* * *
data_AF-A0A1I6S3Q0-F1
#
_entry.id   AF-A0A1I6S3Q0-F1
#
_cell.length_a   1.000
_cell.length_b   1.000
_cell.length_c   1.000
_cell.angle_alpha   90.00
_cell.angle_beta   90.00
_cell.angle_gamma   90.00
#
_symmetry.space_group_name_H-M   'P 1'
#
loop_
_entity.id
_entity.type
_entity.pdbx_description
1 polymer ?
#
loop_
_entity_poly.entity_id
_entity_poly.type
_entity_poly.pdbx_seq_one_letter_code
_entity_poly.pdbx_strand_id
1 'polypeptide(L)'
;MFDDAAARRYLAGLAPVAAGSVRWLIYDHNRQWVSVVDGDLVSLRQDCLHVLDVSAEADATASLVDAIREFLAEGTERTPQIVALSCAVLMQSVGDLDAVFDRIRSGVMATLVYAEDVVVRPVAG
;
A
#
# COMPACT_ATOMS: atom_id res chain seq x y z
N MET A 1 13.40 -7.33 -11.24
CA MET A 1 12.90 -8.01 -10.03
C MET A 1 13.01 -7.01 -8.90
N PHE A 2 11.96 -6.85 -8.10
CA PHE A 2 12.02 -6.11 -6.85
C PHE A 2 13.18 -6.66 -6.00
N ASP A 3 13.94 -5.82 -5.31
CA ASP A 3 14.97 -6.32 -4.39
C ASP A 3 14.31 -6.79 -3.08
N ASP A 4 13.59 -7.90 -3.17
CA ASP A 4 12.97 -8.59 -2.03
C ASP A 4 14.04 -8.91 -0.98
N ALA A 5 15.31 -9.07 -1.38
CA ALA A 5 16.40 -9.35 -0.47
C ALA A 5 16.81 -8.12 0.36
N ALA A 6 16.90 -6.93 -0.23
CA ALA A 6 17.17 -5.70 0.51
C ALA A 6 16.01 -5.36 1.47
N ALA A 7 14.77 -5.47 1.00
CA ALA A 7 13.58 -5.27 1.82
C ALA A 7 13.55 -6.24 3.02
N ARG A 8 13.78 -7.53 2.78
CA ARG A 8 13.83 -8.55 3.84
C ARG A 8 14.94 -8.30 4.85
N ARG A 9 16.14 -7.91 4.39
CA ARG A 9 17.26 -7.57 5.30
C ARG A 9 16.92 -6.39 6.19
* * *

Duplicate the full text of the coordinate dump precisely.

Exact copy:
data_AF-A0A1I6S3Q0-F1
#
_entry.id   AF-A0A1I6S3Q0-F1
#
_cell.length_a   1.000
_cell.length_b   1.000
_cell.length_c   1.000
_cell.angle_alpha   90.00
_cell.angle_beta   90.00
_cell.angle_gamma   90.00
#
_symmetry.space_group_name_H-M   'P 1'
#
loop_
_entity.id
_entity.type
_entity.pdbx_description
1 polymer ?
#
loop_
_entity_poly.entity_id
_entity_poly.type
_entity_poly.pdbx_seq_one_letter_code
_entity_poly.pdbx_strand_id
1 'polypeptide(L)'
;MFDDAAARRYLAGLAPVAAGSVRWLIYDHNRQWVSVVDGDLVSLRQDCLHVLDVSAEADATASLVDAIREFLAEGTERTPQIVALSCAVLMQSVGDLDAVFDRIRSGVMATLVYAEDVVVRPVAG
;
A
#
# COMPACT_ATOMS: atom_id res chain seq x y z
N MET A 1 13.40 -7.33 -11.24
CA MET A 1 12.90 -8.01 -10.03
C MET A 1 13.01 -7.01 -8.90
N PHE A 2 11.96 -6.85 -8.10
CA PHE A 2 12.02 -6.11 -6.85
C PHE A 2 13.18 -6.66 -6.00
N ASP A 3 13.94 -5.82 -5.31
CA ASP A 3 14.97 -6.32 -4.39
C ASP A 3 14.31 -6.79 -3.08
N ASP A 4 13.59 -7.90 -3.17
CA ASP A 4 12.97 -8.59 -2.03
C ASP A 4 14.04 -8.91 -0.98
N ALA A 5 15.31 -9.07 -1.38
CA ALA A 5 16.40 -9.35 -0.47
C ALA A 5 16.81 -8.12 0.36
N ALA A 6 16.90 -6.93 -0.23
CA ALA A 6 17.17 -5.70 0.51
C ALA A 6 16.01 -5.36 1.47
N ALA A 7 14.77 -5.47 1.00
CA ALA A 7 13.58 -5.27 1.82
C ALA A 7 13.55 -6.24 3.02
N ARG A 8 13.78 -7.53 2.78
CA ARG A 8 13.83 -8.55 3.84
C ARG A 8 14.94 -8.30 4.85
N ARG A 9 16.14 -7.91 4.39
CA ARG A 9 17.26 -7.57 5.30
C ARG A 9 16.92 -6.39 6.19